There are many unknowns concerning how Illinois will move forward during a global health crisis, but two events Wednesday gave one clear indication.
The first was Gov. J.B. Pritzker’s withdrawal of a newly filed emergency rule, avoiding a contentious Joint Committee on Administrative Rules debate. The second was the state House voting 81-27 to eject Rep. Darren Bailey, R-Xenia, for refusing to wear a mask.
These events, which transpired in the matter of a few hours on lawmakers’ first day back in session, are evidence of the importance — and popularity — of cooperation.
There’s no doubt Pritzker’s administration bowed to public pressure. Once Republicans latched onto the talking point that certain business operators could be fined or even jailed for violating the emergency safety provisions, it became clear Pritzker would have to either withdraw the rules or bear responsibility for the JCAR debate and vote. He may still have his rules, but only by going through the conventional, public process that first subjects them to legislative analysis and approval.
For his part, Bailey refused to cave to pressure. Seemingly empowered by vocal protesters on the capital city streets, as well as the Clay County constituents who have cheered his lawsuit against Pritzker, Bailey entered the makeshift House chamber unmasked and refused to don one even after his colleagues codified their own health safety rules on a 97-12 vote.
“We cannot ignore nor compromise the health and safety of every member of the General Assembly, their family members, every one of our staffers who works tirelessly for us,” said Rep. Jim Durkin, House minority leader, before Bailey took his stand.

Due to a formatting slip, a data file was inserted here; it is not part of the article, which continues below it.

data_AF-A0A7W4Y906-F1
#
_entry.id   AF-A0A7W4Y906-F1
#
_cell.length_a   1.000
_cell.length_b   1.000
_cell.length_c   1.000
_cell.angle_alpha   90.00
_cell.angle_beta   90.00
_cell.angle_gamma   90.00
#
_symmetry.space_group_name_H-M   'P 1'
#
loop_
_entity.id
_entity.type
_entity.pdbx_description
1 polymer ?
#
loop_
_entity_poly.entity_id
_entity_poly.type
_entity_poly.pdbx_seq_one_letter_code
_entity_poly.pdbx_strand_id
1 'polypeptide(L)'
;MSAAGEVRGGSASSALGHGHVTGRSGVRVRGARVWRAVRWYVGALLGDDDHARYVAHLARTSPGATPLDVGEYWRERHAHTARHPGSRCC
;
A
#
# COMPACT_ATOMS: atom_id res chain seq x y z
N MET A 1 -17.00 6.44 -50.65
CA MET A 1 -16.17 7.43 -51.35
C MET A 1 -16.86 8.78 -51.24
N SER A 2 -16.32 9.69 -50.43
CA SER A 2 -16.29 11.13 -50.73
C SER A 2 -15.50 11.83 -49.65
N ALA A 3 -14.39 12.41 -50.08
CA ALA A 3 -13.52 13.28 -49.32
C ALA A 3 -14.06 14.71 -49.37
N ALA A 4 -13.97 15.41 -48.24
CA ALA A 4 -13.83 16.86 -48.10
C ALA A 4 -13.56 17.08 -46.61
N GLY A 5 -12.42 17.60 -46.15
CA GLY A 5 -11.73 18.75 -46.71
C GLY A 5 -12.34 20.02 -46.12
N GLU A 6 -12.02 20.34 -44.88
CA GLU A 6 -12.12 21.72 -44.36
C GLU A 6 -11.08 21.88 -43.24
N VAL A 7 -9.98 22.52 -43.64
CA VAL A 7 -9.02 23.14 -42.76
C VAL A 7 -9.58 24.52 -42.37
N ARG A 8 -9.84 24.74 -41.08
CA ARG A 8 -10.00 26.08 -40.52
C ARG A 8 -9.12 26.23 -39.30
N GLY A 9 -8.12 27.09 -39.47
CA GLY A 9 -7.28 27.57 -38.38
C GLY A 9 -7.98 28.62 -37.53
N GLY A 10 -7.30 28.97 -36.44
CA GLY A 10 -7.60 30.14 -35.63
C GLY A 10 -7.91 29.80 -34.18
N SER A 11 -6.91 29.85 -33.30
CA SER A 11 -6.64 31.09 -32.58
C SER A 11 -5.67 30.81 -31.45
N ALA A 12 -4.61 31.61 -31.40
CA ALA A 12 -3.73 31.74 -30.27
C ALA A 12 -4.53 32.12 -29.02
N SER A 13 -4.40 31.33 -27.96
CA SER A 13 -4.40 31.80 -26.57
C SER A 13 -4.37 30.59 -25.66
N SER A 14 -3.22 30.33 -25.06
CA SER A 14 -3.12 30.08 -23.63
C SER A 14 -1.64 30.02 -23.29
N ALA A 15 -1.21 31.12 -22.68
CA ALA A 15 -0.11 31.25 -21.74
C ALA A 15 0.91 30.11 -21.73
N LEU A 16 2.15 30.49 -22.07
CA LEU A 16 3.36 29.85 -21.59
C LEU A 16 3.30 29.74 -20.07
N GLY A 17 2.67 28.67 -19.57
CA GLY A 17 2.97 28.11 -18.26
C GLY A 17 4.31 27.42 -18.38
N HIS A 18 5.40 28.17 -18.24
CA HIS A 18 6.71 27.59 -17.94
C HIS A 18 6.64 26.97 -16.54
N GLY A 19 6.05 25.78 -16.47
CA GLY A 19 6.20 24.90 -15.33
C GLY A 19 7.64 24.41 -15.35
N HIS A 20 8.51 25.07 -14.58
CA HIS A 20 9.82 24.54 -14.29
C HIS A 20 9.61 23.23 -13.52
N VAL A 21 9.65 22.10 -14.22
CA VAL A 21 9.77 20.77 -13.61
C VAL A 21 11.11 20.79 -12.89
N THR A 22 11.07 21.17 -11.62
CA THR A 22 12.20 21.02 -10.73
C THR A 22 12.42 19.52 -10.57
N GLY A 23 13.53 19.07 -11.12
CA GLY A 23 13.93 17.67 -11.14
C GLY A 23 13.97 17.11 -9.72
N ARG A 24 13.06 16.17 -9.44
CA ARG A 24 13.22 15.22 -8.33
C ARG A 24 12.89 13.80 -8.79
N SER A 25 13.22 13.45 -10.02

The vote to eject Bailey was bipartisan, as was the push to make Pritzker stand down. The governor realizes the security of his Democratic majority in the Legislature and positive polling concerning his COVID-19 response aren’t as valuable as projecting an image as open to discussion and collaboration. The rebuke of Bailey indicates GOP leadership recognizes the importance of taking public health seriously and that working on resurrecting the economy is a matter of smarts and safety, not stunts and showboating.
Illinoisans of all stripes are anxious for life to return to some semblance of normal, but only those on the extremes think the governor has been either wholly perfect or entirely incorrect. The reality — distressing as it may be for publicity hounds — is somewhere in between, awash in the reality that there is no economy if shoppers and workers are scared, sick or dead.
There still are far more questions than answers, but Wednesday effected a notable shift in public discourse. Consensus will carry the state through the murky future, and there is comfort in having seen the evidence on display.
• Scott T. Holland writes about state government issues for Shaw Media Illinois. Follow him on Twitter at @sth749. He can be reached at email@example.com.